other capabilities and it's important that it be recognized as such."
Sage advice from an IT support standpoint.  But do we all need to start battling with executives over them using iPhones as the next network security scourge?  Probably not.  Most iPhones are likely to be used to synchronize data to a PC.  Assuming you have adequate protection on your desktops and network from viruses, the risk is no different from iPods or any other device someone decides to plug into their laptop and sync data (contacts or calendar).  So, this is not a new risk.

There are certainly going to be some data loss risks with the iPhone, but those are not necessarily new to the iPhone.  There are many other devices people can hook up that perform similar functions and can hold enterprise data that also don't support centralized control.  You should design your security controls with that reality in mind so you don't have to say the sky is falling with every new device out there.  There are solutions to lock down USB ports with policy if you so choose, for example.

Analysts: iPhone Has Neither Security nor Relevance

OnSecurity podcast: taking issue with PCI DSS Web Application Firewall Requirements

I already have noted that equating a web app firewall to a security source-code-reviewed and threat-modeled application is ridiculous.  Dinis Cruz will remind you that the most devastating web application flaws are business logic flaws that none of these devices will find.  Even web application scanners are ineffective for most things beyond low hanging fruit.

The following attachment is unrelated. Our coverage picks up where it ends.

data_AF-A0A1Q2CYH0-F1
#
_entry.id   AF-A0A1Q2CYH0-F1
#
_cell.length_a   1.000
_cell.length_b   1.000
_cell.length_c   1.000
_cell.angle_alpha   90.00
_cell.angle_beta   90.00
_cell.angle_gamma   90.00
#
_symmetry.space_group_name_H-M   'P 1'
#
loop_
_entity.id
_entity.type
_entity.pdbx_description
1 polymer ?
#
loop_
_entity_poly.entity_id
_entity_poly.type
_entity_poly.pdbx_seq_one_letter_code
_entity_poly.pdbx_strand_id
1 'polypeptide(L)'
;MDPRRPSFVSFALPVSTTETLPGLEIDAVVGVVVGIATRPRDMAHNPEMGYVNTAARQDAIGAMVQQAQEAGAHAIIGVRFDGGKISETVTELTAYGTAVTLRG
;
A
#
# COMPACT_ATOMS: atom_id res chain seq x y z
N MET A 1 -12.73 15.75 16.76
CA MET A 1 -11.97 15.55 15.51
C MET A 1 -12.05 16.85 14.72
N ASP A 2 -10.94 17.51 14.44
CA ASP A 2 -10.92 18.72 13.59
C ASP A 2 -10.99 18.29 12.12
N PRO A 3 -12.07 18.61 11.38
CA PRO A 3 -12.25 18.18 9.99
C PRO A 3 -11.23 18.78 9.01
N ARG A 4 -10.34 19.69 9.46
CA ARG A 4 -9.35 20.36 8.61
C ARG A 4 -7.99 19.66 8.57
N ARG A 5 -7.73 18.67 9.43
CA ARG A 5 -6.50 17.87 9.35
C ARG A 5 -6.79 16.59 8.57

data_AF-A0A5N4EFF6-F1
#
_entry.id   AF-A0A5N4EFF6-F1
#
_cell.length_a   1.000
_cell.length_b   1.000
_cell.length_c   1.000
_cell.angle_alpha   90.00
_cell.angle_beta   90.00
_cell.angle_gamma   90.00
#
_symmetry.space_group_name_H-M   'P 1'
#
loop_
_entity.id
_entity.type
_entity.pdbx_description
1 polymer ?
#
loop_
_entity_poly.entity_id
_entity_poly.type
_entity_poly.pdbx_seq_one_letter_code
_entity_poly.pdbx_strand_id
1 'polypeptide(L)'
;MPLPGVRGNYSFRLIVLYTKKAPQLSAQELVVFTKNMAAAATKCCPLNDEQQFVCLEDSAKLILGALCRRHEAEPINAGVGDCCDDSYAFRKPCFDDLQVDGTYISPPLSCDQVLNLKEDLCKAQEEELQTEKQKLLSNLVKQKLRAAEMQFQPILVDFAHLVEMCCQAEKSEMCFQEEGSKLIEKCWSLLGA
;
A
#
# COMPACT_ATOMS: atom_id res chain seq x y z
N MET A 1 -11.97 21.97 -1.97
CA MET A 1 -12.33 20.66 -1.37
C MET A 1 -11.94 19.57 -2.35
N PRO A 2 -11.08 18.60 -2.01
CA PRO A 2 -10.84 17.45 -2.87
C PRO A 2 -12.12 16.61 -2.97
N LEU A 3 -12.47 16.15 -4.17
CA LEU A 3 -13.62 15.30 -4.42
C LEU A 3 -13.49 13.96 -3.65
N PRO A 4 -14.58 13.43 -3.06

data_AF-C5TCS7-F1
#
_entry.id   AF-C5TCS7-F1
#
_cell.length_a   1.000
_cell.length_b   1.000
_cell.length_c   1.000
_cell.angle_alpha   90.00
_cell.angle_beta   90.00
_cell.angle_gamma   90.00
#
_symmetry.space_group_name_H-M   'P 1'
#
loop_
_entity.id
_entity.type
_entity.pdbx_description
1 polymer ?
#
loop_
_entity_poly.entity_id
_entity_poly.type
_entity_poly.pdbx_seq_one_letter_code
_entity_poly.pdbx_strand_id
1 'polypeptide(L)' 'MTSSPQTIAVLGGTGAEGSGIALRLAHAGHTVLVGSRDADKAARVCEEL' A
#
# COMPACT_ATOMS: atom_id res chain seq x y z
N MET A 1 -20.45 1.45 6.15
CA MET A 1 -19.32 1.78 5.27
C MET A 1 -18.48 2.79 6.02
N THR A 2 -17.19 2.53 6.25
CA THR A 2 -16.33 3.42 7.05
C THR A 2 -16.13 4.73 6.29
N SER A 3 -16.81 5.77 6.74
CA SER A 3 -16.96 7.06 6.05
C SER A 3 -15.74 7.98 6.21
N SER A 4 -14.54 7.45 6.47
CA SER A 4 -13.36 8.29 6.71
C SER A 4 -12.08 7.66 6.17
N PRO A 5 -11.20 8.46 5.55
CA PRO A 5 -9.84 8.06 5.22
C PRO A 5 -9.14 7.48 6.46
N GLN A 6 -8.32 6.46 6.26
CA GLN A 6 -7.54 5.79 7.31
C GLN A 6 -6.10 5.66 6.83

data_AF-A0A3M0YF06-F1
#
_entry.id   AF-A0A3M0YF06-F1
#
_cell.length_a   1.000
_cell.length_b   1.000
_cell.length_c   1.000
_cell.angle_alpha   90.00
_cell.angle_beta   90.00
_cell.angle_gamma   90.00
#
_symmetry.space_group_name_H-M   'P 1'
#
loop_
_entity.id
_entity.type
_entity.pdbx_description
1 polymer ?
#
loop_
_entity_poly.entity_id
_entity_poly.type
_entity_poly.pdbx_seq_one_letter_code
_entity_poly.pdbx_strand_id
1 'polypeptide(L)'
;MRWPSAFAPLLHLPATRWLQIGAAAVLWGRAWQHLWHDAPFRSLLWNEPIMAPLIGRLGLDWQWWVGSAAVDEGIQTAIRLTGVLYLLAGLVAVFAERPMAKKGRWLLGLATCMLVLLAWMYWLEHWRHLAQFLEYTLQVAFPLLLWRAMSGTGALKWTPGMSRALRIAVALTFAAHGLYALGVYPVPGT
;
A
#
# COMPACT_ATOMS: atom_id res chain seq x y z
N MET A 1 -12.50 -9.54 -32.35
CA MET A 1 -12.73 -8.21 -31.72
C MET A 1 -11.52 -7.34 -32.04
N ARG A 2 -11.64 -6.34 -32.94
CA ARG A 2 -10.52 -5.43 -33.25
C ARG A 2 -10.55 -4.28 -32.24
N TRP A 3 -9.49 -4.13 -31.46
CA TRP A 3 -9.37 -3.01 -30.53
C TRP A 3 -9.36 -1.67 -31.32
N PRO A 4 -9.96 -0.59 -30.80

Holes in the Firewall?

Holes in the Firewall?
Are there shortcomings in the application layer firewall requirements
set by the PCI Security Standards Council? Paul Henry, vice president
of technology and evangelism at Secure Computing Corp., thinks so, and
explains to Lisa Vaas in the OnSecurity podcast.

Linksys unofficial firmware: DD-WRT

I may want to check into this as a nicer alternative for my WAP54G instead of HyperWRT, which is no longer maintained.  There is a compact version for devices with limited memory.  Wonder if it still has the samba driver in it...

DD-WRT is simply a project which was originally based on the official GPL Sources of Sveasoft Alchemy. but turned later to a OpenWRT Kernel vase firmware variant. Due the nature of GPL based projects, this firmware will be also release under this license. Initially i wrote this modification to make it possible, to use the Linksys WRT54G/GS inside our Wireless Lan network as cheap replacement for our professional Lancom and Orinocco access points. so what was missing? first, we are using radius authentication with a central account management inside our network for user authentication. There is already a radius application available for OpenWRT, but openwrt was no choice since it is not user friendly for a non computer professional without any linux knowledge. so i just integrated it with some small enhancements in the alchemy software. my wrt-radauth modifications: